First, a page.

# Proof of Maclaurin series

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Just doing Maclaurin series in FP2 and was wondering if there was a proof anwhere of the formula? It just seems sort of random... I can see it works when you try it on various functions, but I would like to know the reasoning behind it. Thanks

Edit: Also, is there a proof that functions can be written in the form a0 + a1x + a2x^2 .... etc

Edit: Also, is there a proof that functions can be written in the form a0 + a1x + a2x^2 .... etc

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#2

The proof you're looking for is a proof of Taylor's Theorem, which basically states that Taylor (and therefore Maclaurin) Series exist.

http://en.wikipedia.org/wiki/Taylor%..._real_variable

http://en.wikipedia.org/wiki/Taylor%..._real_variable

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#3

I don't know how much of the proof you can actually take. However, this video offers the intuition behind it (not so random).

This is a very tough question and there is a proof. The result is called the Stone-Weierstrass theorem (link to simpler version).

(Original post by

Edit: Also, is there a proof that functions can be written in the form a0 + a1x + a2x^2 .... etc

**Conjecture**)Edit: Also, is there a proof that functions can be written in the form a0 + a1x + a2x^2 .... etc

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#4

(Original post by

I don't know how much of the proof you can actually take. However, this video offers the intuition behind it (not so random).

This is a very tough question and there is a proof. The result is called the Stone-Weierstrass theorem (link to simpler version).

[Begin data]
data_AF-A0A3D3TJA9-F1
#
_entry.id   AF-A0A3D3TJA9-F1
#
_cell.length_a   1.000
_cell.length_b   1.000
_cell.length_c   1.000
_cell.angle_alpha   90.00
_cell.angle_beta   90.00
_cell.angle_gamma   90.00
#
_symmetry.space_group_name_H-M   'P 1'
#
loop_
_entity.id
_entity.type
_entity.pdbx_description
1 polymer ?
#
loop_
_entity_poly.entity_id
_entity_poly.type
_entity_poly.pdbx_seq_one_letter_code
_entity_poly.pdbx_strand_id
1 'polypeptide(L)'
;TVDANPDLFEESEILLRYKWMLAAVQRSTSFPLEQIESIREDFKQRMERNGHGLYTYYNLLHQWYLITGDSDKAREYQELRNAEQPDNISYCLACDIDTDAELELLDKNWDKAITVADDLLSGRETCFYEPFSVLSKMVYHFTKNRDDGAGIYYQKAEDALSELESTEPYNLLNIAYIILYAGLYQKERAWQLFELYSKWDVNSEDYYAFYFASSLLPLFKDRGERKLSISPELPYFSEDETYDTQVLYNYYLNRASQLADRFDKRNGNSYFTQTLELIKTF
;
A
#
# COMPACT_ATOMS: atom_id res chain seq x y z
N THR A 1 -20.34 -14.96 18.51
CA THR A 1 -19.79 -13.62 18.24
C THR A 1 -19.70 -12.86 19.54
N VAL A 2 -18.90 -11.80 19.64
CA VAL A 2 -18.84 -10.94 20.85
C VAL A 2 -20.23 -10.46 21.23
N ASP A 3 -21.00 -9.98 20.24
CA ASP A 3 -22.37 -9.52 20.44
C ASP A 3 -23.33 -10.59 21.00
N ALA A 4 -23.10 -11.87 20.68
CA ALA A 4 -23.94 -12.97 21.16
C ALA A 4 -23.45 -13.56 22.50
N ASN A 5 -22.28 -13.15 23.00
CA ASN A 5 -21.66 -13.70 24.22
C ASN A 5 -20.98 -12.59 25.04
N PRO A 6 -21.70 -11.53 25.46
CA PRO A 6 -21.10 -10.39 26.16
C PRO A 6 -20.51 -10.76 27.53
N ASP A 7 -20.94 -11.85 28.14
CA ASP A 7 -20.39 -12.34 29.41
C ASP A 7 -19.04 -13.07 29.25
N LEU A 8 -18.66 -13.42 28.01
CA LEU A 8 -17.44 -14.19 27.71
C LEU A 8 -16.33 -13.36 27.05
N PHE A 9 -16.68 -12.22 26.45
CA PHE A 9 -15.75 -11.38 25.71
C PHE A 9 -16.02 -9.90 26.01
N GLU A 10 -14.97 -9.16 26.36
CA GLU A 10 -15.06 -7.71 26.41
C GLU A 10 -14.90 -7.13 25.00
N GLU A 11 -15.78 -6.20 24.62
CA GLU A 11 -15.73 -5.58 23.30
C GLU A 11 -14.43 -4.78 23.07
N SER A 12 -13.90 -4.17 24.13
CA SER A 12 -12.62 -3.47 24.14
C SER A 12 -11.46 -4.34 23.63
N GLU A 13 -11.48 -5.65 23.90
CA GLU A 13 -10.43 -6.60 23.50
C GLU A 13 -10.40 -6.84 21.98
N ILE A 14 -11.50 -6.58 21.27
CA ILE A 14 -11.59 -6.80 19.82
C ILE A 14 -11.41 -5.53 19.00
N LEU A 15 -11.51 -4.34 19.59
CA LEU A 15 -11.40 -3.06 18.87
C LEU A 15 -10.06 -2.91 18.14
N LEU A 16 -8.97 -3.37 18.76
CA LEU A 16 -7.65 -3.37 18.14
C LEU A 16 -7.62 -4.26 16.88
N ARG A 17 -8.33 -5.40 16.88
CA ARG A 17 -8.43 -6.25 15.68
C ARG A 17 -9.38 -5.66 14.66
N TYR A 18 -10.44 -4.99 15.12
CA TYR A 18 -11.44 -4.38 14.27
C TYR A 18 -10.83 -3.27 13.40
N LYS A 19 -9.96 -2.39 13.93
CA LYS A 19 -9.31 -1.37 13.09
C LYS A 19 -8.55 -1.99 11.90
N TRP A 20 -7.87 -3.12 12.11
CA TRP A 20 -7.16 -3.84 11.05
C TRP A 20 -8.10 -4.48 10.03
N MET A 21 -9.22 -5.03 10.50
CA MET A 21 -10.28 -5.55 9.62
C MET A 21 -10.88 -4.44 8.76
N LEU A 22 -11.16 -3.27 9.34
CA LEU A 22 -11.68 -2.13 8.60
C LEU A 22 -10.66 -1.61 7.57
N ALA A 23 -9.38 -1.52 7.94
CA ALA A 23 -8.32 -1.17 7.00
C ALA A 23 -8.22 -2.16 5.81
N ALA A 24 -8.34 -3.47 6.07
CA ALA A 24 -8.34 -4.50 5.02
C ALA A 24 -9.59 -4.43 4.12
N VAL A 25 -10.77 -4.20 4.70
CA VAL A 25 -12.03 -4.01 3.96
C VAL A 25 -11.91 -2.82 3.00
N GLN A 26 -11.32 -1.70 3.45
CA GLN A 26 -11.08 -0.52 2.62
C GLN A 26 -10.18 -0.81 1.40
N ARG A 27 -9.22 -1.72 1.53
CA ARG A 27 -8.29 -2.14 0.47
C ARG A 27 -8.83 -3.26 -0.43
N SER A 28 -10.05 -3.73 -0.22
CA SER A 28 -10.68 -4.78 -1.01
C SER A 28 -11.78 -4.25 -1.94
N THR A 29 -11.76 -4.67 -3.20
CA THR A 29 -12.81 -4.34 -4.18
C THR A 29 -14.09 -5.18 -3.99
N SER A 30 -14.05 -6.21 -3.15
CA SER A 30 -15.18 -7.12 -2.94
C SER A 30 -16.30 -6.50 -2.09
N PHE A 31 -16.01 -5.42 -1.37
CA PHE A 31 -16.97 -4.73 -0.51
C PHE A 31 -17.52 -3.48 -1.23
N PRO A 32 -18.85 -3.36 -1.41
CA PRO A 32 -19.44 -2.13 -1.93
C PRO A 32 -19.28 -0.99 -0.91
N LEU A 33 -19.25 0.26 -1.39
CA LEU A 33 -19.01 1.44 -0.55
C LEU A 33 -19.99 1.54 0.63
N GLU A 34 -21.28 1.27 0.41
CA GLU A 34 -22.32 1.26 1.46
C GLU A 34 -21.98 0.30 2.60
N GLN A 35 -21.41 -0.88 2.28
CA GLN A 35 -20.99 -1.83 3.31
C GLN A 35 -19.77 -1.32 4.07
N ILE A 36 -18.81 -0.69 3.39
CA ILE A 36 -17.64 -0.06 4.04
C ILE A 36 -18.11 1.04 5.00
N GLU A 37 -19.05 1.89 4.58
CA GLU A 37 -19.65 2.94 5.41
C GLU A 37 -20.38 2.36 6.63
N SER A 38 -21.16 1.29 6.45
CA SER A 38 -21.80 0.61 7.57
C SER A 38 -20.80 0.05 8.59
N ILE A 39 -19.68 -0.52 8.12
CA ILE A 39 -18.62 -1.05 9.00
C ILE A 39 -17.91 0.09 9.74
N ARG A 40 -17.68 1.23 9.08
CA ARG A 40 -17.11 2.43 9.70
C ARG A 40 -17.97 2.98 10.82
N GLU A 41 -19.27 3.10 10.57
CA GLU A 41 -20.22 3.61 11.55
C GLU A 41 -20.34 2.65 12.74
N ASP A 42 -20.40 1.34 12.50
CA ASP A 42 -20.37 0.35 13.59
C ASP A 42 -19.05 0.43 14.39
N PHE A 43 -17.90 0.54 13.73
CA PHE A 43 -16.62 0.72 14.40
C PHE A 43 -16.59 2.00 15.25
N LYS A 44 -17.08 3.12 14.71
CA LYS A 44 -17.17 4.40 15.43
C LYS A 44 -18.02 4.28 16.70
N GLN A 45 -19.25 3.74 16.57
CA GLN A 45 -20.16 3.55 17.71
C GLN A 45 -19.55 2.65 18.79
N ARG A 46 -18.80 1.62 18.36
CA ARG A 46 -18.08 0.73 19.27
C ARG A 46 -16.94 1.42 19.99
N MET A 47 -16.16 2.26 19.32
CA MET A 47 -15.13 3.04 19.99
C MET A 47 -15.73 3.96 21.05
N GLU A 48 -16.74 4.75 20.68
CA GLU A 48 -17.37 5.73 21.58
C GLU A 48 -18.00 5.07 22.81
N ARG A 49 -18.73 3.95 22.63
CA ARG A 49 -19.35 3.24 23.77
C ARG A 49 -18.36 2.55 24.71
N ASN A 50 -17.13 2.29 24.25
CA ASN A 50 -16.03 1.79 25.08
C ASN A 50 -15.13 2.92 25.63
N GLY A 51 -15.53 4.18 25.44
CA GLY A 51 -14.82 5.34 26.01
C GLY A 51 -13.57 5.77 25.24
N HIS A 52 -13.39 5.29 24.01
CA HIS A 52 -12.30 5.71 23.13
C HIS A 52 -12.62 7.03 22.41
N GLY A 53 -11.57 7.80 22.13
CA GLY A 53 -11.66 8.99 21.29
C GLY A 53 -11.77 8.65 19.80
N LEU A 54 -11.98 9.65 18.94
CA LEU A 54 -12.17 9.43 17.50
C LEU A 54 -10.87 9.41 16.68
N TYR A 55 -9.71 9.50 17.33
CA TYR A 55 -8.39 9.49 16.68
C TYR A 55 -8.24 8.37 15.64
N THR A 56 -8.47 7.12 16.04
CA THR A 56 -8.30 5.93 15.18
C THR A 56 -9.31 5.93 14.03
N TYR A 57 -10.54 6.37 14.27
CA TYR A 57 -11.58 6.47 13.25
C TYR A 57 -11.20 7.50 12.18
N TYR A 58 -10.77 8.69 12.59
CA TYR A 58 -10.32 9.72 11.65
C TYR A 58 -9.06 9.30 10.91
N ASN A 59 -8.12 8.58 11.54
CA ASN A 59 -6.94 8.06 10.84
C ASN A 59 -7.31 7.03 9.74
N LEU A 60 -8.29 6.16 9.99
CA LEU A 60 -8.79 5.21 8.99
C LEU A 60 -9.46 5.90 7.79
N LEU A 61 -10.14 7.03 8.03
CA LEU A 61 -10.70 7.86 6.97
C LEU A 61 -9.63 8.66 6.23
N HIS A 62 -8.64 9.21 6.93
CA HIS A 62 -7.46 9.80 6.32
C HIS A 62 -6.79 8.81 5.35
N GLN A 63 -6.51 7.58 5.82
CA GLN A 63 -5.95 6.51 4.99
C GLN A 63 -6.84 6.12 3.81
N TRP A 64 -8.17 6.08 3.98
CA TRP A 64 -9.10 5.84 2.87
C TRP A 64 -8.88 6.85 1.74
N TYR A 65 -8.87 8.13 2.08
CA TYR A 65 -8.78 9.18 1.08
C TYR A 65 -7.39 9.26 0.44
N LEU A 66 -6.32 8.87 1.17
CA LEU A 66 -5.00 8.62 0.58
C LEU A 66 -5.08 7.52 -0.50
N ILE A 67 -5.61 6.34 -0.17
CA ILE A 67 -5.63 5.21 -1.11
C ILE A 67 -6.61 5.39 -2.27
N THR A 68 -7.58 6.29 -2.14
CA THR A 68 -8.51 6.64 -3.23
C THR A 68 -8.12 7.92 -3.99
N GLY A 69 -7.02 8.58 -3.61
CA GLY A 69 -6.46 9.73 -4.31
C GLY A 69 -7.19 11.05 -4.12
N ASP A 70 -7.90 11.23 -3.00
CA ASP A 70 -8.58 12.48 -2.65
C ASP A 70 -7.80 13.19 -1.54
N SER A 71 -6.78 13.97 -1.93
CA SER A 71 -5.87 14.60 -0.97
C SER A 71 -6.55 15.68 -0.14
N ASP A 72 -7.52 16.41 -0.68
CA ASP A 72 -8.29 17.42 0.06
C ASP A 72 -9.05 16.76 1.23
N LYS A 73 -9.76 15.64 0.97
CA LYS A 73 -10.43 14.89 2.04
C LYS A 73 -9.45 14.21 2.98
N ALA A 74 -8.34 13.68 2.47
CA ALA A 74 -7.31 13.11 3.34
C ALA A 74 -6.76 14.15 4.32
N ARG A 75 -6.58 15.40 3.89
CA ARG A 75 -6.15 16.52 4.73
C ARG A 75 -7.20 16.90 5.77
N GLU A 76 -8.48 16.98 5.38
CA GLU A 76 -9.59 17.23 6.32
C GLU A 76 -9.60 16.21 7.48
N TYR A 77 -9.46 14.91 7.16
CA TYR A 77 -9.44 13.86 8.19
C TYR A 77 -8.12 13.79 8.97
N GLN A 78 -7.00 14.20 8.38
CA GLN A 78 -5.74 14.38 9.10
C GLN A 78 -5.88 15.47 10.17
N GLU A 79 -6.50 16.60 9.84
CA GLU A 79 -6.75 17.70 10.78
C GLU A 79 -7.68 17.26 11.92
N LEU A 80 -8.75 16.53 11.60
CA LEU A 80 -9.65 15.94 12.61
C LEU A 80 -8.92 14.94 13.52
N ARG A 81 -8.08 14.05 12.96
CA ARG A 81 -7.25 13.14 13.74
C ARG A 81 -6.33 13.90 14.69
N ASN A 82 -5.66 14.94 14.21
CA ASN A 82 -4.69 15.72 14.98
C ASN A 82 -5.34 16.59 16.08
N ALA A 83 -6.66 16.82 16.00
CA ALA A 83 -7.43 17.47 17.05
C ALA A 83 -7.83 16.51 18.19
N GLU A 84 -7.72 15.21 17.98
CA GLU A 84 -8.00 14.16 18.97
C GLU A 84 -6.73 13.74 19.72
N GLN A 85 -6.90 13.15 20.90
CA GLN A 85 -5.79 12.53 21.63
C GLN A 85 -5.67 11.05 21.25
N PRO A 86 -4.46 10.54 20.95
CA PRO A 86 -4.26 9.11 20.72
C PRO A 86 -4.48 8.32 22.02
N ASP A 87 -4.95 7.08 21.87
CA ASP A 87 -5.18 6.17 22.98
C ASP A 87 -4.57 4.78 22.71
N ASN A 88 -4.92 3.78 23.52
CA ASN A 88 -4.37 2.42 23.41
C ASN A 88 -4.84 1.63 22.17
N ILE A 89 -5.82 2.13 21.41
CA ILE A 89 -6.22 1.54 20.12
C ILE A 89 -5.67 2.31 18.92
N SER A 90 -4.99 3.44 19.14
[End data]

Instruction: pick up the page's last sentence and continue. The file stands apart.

**jack.hadamard**)I don't know how much of the proof you can actually take. However, this video offers the intuition behind it (not so random).

This is a very tough question and there is a proof. The result is called the Stone-Weierstrass theorem (link to simpler version).

The proof I (and no doubt you have seen) can follow starts with the answer with some unknown constants and shows you how to get the constants.

A bit like y=4+c

And show you how to get the constant c ie c=y-4.

So it kind of shows you the answer works but does not explain how it was dreamed up in the first place.

Seems to be like the fourier series in that respect.

I have seem some attempts as a proof with out starting with the answer

but none that I would follow.

I guess you could say if you know all the derivatives at a point match for two expressions then the expressions must be identical at all points

because they must all change (in the limit) in the same way to the next point and thus must get to the same next point in the limit.

I guess I will have to settled for that.

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#5

**jack.hadamard**)

I don't know how much of the proof you can actually take. However, this video offers the intuition behind it (not so random).

This is a very tough question and there is a proof. The result is called the Stone-Weierstrass theorem (link to simpler version).

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#6

I think I might have proof now, I am still kind of working on it but it looks pretty good

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#7

Yep, my theory looks pretty good but I have never seen it anywhere else.

I was kind of surprise when I looked for a proof but could not find a satisfactory one, I think a few have felt the same!!

I was kind of surprise when I looked for a proof but could not find a satisfactory one, I think a few have felt the same!!